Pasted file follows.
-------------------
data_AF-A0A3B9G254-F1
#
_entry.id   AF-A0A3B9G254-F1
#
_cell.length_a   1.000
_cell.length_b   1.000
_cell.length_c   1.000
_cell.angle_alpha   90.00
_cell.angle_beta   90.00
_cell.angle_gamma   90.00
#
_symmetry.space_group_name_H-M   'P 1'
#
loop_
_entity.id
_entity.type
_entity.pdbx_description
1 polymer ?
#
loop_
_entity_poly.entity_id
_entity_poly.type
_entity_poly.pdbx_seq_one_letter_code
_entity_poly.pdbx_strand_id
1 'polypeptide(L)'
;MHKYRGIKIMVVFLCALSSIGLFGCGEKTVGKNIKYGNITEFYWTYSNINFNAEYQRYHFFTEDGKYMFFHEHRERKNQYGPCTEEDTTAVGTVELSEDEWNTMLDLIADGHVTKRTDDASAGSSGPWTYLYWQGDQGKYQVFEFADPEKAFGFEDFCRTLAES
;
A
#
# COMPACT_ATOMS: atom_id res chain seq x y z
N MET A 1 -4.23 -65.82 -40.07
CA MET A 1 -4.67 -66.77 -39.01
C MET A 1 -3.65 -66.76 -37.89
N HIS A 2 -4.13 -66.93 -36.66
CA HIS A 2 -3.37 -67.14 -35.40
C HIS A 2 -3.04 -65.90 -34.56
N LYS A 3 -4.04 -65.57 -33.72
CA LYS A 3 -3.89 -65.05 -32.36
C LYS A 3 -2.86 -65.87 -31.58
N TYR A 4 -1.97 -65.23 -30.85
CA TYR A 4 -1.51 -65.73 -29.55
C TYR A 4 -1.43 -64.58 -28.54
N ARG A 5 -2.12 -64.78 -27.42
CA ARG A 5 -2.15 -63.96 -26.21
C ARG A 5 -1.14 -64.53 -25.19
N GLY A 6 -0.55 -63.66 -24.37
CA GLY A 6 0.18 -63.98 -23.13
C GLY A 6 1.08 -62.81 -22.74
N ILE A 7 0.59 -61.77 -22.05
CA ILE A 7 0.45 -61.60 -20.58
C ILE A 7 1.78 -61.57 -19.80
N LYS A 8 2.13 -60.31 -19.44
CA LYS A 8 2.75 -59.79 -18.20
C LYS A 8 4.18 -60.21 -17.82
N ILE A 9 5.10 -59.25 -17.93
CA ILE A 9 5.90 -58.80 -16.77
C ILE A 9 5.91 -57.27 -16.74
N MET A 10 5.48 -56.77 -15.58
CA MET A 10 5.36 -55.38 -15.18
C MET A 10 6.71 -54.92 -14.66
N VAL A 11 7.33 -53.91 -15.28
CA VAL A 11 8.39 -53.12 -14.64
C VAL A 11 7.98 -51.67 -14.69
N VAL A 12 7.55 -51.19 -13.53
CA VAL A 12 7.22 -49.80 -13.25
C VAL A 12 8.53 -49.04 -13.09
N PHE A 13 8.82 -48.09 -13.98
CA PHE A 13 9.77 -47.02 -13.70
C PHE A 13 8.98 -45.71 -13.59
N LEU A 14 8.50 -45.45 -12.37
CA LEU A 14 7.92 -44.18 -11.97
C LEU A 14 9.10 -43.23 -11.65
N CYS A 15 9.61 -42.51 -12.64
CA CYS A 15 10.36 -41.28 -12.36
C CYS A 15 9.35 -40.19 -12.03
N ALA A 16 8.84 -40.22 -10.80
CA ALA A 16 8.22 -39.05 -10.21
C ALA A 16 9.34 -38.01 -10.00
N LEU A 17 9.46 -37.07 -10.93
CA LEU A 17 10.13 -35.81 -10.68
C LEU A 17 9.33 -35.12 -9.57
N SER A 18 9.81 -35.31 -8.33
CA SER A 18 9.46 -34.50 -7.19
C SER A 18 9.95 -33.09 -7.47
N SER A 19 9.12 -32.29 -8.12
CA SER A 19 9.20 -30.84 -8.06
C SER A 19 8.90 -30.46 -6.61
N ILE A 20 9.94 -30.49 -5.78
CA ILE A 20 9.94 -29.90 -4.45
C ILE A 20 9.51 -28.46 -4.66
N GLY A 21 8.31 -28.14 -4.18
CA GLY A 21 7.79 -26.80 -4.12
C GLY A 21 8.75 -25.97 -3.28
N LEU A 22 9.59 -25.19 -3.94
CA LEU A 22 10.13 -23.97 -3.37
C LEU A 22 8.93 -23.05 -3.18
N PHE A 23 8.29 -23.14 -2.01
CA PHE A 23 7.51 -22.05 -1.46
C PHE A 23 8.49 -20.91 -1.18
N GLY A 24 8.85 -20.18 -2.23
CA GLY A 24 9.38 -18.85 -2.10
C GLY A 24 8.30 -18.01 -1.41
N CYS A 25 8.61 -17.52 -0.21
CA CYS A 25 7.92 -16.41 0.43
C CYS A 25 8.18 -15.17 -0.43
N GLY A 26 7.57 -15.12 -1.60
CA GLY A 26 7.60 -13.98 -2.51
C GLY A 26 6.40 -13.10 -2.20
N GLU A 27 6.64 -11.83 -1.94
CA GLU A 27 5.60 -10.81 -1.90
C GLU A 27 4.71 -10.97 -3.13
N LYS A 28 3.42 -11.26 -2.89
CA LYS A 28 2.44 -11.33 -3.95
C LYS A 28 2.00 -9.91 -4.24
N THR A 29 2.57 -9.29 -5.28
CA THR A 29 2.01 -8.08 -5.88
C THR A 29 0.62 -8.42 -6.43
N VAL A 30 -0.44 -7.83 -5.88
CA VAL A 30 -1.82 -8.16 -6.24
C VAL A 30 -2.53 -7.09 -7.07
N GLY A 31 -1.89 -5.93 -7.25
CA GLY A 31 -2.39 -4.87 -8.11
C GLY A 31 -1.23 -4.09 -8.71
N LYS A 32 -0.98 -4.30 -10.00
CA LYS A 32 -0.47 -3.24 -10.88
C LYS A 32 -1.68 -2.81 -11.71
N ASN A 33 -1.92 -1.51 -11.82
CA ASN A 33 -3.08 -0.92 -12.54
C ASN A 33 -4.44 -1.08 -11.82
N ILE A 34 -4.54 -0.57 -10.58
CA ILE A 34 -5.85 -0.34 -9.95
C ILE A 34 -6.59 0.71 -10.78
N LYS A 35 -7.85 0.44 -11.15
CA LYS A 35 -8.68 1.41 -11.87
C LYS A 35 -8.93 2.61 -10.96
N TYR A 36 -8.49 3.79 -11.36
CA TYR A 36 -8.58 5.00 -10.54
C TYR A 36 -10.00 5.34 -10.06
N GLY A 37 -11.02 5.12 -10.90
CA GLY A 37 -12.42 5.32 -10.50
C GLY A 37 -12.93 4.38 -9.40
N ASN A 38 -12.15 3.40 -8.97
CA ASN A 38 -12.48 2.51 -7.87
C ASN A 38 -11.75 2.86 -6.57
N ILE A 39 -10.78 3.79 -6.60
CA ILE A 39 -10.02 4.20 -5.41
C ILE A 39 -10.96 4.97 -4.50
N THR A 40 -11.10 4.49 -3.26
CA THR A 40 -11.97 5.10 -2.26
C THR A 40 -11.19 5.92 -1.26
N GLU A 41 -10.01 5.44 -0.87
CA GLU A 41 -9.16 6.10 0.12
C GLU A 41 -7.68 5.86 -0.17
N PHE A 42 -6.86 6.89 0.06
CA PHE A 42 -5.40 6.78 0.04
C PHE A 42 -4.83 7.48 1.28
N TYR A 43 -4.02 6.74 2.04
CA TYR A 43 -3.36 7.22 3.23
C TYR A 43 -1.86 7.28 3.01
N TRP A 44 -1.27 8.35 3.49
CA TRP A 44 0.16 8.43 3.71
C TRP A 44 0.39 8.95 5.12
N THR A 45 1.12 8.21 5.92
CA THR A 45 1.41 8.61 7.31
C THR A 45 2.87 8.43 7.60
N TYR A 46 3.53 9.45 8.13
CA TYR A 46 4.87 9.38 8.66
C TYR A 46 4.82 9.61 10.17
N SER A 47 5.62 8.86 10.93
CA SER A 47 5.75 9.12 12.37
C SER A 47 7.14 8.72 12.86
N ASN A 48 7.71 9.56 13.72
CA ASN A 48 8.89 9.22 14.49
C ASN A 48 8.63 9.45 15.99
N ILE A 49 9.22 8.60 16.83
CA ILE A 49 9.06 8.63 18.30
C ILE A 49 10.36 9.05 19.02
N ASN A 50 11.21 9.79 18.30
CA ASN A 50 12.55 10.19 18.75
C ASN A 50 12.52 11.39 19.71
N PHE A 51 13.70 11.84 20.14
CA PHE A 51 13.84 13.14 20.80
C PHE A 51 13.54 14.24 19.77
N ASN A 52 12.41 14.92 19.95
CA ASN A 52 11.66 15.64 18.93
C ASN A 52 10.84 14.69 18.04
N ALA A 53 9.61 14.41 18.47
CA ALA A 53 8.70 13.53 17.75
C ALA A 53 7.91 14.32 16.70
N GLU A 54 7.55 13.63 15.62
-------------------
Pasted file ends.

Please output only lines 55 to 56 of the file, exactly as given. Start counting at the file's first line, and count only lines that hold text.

N ILE A 9 5.10 -59.25 -17.93
CA ILE A 9 5.90 -58.80 -16.77